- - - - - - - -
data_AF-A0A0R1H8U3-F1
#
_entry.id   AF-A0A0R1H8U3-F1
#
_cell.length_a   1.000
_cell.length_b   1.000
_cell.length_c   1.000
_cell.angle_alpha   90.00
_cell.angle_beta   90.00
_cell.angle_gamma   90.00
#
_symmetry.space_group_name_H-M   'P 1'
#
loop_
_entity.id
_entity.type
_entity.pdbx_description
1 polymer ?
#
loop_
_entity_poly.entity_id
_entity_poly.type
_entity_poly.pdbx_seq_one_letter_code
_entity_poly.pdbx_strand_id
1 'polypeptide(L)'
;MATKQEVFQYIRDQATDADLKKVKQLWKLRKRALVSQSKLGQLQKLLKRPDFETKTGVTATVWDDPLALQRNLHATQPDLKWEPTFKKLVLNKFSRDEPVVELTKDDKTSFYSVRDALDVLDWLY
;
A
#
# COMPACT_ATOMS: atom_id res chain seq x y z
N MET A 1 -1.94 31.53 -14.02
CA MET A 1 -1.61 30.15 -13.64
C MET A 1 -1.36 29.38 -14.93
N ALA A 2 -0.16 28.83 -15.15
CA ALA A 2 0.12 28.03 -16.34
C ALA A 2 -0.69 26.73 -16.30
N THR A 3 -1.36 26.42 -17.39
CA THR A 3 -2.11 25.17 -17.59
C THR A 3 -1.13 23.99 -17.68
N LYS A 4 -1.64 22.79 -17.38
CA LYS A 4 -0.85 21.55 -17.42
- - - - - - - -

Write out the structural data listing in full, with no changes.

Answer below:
data_AF-A0A0R1H8U3-F1
#
_entry.id   AF-A0A0R1H8U3-F1
#
_cell.length_a   1.000
_cell.length_b   1.000
_cell.length_c   1.000
_cell.angle_alpha   90.00
_cell.angle_beta   90.00
_cell.angle_gamma   90.00
#
_symmetry.space_group_name_H-M   'P 1'
#
loop_
_entity.id
_entity.type
_entity.pdbx_description
1 polymer ?
#
loop_
_entity_poly.entity_id
_entity_poly.type
_entity_poly.pdbx_seq_one_letter_code
_entity_poly.pdbx_strand_id
1 'polypeptide(L)'
;MATKQEVFQYIRDQATDADLKKVKQLWKLRKRALVSQSKLGQLQKLLKRPDFETKTGVTATVWDDPLALQRNLHATQPDLKWEPTFKKLVLNKFSRDEPVVELTKDDKTSFYSVRDALDVLDWLY
;
A
#
# COMPACT_ATOMS: atom_id res chain seq x y z
N MET A 1 -1.94 31.53 -14.02
CA MET A 1 -1.61 30.15 -13.64
C MET A 1 -1.36 29.38 -14.93
N ALA A 2 -0.16 28.83 -15.15
CA ALA A 2 0.12 28.03 -16.34
C ALA A 2 -0.69 26.73 -16.30
N THR A 3 -1.36 26.42 -17.39
CA THR A 3 -2.11 25.17 -17.59
C THR A 3 -1.13 23.99 -17.68
N LYS A 4 -1.64 22.79 -17.38
CA LYS A 4 -0.85 21.55 -17.42